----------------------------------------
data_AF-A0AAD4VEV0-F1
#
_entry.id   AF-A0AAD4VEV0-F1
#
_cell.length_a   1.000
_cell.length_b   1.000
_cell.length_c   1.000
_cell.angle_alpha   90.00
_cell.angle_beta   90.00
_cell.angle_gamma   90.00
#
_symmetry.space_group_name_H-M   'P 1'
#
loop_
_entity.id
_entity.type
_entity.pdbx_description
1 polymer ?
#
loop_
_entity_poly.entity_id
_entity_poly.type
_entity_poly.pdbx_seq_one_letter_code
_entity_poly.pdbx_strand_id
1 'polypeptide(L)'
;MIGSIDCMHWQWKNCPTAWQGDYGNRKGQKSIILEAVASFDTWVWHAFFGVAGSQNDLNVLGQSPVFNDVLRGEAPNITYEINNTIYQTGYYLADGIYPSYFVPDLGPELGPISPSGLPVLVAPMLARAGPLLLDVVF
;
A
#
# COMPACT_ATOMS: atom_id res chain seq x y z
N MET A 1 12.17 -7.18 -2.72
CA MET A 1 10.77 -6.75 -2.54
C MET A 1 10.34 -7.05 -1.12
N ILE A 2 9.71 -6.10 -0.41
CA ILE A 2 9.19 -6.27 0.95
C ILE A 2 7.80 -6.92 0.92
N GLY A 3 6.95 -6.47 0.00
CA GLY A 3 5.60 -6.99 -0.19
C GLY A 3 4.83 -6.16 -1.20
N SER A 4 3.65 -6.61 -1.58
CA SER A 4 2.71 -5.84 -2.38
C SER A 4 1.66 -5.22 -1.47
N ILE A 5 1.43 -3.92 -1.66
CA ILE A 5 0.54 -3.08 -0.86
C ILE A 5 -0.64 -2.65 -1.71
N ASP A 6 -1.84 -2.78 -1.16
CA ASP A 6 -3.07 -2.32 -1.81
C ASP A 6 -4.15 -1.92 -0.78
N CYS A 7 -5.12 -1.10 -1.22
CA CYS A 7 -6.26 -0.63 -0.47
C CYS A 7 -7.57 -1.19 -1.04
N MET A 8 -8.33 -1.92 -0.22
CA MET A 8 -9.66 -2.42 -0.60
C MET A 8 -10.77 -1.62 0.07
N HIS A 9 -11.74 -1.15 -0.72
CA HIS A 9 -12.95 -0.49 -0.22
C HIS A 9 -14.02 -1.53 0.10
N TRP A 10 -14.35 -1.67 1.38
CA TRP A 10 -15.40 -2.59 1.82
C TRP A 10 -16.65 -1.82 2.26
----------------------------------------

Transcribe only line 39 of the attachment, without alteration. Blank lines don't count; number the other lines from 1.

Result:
C GLY A 3 4.83 -6.16 -1.20